The Parthenon incorporates characteristics from both the Doric and Ionic orders. It is essentially a Doric peripteral temple with a continuous carved frieze taken from the Ionic order and four Ionic columns supporting the opisthodomos' roof. The overall effect is one of lightness and grace, qualities not commonly associated with Greek architecture.
The building was originally covered in gold leaf, which has now mostly disappeared under the layers of paint that have been applied over the years. But some parts are still visible including the yellow-orange color of the marble from which it is made. The building also features blue and white marbles, red and black granite, and limestone.
The structure itself is based on the diairic motif, or "twin pillars" system, which consists of two pairs of columns supporting a triangular pediment. This arrangement creates a large open area within the building where the sculpture that once adorned the exterior walls can be seen today.
The building is named after the goddess Athena, who had her own sanctuary (or altar) within the structure. Athena was the goddess of wisdom and craftsmanship, and as such she was often depicted carrying tools like scissors and a torch to help guide people toward understanding ideas and problems they were struggling with.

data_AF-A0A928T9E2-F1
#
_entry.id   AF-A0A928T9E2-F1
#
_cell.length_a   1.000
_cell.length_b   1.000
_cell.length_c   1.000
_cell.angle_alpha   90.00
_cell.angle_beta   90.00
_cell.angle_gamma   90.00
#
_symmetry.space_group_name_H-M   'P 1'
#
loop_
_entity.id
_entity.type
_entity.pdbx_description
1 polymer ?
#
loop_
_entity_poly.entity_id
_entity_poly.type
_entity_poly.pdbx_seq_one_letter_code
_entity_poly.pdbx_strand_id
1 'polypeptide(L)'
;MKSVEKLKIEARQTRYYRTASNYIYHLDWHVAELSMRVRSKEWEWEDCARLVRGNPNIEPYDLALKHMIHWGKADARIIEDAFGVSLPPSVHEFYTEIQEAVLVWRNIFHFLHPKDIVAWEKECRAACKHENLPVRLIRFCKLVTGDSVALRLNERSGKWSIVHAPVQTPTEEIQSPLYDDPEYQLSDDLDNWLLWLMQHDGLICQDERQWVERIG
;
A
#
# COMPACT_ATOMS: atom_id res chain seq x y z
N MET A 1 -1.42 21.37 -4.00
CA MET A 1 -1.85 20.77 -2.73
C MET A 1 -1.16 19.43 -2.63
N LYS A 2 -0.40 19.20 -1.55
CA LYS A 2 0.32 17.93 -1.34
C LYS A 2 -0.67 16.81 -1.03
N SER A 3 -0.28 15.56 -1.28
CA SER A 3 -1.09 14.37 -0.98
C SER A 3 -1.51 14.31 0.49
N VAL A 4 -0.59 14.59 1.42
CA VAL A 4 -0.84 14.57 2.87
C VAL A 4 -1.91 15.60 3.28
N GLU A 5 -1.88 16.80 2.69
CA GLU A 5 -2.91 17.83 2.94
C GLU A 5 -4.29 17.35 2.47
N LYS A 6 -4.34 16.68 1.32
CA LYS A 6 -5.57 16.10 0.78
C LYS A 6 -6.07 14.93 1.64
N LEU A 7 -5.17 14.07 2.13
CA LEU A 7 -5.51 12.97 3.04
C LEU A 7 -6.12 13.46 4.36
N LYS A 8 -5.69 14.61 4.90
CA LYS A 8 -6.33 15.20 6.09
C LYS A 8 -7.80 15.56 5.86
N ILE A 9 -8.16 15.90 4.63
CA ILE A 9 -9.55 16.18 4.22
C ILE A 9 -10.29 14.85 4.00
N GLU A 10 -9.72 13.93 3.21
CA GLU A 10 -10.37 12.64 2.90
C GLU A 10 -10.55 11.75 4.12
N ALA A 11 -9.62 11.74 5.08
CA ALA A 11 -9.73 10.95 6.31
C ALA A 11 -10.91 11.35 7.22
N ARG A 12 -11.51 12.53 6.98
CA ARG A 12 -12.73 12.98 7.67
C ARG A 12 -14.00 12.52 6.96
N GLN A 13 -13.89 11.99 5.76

Athena's influence can be seen in many aspects of life at Athens, especially in politics and education.
The Parthenon is a Greek temple in Athens that was erected in the 5th century BC in the Doric Order, Greece's oldest architectural style. In the frieze, a part of the ceiling structure, Doric temples have alternating patterns of triglyphs (panels with three vertical lines) and metopes. The Parthenon's sculptured decoration includes figures of animals, warriors, and other scenes that illustrate myths from Greek mythology.
The center section of the Parthenon, which faces an axis at 90 degrees to both the east and west entrances, holds the most important sculptures and is called the metope field. This area is divided into four parts by two rows of columns: one below the entablature and one above it. Each metope has a scene that illustrates a myth from Greek mythology. There are 64 metopes in all; they were carved out of single blocks of marble and painted white before being set into place in their current positions on the wall surfaces.
The lower row of columns on the metope field is known as the anti-entasis column because it gets narrower as it goes up (this creates more space above it than below). These columns support the entablature, which is the name given to the horizontal panel above the column capitals that provides structural support for the temple's roof. The entablature consists of a flat surface covered with sculpture, which serves as a kind of billboard for the architect. It often displays the donor's likeness or some other inscription.
The Parthenon is the focal point of a 5th-century BCE construction campaign on Athens' Acropolis. It was built during the High Classical period and is often regarded as the pinnacle of the development of the Doric order, the simplest of the three Classical Greek architectural orders. The building's original purpose is unknown; it may have been a temple to Athena or possibly a treasury. It is estimated to have taken 20 years to complete.